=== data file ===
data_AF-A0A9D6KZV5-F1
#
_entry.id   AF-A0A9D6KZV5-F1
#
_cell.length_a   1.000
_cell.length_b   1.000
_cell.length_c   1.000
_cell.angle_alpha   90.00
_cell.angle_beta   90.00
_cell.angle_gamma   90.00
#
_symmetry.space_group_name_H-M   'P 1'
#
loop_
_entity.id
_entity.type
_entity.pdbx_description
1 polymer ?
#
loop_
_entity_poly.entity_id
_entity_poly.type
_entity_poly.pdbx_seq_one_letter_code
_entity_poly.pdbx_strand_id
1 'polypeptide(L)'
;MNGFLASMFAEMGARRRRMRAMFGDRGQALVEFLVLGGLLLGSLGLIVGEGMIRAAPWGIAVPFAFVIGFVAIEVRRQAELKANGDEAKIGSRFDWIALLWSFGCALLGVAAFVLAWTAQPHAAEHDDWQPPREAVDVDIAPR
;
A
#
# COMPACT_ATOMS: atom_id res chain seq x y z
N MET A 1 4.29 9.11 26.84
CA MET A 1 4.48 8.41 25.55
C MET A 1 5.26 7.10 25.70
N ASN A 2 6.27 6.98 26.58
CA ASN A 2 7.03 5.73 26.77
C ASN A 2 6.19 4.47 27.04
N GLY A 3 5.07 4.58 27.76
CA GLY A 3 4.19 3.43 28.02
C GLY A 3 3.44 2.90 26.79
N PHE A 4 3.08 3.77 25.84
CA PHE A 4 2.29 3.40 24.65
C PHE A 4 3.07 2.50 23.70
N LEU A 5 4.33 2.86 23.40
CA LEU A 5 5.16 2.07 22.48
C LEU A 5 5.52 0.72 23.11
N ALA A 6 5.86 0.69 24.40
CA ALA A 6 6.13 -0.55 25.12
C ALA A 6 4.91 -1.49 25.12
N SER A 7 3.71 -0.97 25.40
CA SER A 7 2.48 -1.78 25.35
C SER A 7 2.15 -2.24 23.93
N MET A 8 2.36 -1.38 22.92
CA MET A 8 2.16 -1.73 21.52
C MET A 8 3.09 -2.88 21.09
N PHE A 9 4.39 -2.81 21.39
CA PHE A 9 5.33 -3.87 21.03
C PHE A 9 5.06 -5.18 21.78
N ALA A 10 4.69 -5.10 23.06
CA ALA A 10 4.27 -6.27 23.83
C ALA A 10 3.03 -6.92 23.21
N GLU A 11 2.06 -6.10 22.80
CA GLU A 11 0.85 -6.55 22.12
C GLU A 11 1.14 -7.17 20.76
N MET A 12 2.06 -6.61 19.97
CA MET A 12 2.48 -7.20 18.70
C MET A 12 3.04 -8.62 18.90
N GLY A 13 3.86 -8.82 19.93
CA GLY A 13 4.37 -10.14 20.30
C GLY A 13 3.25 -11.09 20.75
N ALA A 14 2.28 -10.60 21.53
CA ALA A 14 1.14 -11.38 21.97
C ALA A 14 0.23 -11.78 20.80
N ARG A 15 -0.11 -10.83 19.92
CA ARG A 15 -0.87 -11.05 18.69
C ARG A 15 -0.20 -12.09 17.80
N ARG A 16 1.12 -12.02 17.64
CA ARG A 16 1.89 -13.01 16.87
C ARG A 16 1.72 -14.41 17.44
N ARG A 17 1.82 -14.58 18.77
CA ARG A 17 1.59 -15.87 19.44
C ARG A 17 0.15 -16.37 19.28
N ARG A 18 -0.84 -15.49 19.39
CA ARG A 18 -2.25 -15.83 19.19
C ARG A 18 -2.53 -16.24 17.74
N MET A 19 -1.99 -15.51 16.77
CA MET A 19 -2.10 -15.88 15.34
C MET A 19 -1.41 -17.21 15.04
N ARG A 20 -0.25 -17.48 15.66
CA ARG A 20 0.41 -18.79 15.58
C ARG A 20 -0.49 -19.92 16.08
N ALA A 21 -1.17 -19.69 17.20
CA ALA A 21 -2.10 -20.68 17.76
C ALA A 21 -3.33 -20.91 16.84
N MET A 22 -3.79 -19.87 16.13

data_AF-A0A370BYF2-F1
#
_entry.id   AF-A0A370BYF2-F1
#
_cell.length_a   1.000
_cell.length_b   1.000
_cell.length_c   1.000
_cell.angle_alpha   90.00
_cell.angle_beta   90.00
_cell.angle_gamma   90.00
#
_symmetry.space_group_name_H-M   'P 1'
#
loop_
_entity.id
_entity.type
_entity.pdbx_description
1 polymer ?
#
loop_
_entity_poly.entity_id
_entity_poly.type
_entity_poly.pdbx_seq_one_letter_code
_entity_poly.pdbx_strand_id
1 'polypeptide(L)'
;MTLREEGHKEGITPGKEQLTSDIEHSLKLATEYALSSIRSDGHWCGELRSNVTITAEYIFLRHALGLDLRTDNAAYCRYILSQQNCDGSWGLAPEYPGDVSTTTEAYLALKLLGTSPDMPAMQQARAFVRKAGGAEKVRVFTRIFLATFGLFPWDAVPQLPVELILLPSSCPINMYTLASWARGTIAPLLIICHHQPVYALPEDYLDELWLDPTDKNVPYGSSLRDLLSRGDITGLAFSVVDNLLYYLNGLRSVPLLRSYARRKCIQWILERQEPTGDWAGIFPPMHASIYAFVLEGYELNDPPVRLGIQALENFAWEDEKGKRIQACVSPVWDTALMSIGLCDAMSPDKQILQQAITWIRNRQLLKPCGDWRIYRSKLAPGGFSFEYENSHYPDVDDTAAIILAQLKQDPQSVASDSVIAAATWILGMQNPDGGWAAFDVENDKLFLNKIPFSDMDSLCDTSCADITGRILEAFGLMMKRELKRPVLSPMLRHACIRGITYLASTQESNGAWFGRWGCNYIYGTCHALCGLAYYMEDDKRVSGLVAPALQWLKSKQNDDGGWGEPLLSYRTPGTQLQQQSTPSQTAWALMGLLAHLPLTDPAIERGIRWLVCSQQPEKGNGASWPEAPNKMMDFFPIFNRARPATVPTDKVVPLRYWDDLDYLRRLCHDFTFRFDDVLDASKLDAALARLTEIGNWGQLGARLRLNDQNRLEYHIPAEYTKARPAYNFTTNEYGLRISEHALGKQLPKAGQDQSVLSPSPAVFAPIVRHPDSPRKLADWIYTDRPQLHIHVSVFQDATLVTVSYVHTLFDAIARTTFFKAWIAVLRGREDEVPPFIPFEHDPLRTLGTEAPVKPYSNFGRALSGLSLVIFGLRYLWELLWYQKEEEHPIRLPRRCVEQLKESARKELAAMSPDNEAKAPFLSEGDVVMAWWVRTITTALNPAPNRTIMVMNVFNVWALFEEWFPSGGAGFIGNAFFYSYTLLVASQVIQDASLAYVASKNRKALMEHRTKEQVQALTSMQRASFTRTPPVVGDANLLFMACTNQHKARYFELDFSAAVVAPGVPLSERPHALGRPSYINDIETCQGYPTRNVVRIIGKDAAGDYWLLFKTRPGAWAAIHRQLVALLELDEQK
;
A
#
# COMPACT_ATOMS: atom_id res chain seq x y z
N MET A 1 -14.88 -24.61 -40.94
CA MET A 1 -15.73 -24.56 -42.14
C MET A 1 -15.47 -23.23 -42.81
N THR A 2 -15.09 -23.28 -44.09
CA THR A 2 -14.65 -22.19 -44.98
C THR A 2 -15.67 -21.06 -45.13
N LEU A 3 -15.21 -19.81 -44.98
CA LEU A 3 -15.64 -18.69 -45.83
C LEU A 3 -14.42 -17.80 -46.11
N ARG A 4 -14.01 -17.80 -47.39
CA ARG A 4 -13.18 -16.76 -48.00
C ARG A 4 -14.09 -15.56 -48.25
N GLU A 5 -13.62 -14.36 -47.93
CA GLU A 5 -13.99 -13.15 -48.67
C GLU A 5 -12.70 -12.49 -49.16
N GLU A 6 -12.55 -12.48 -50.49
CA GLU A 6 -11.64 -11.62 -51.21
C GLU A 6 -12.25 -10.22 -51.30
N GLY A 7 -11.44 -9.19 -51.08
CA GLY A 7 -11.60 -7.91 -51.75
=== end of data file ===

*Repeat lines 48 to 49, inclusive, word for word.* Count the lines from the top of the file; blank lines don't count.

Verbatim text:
C ALA A 6 4.91 -1.49 25.12
N SER A 7 3.71 -0.97 25.40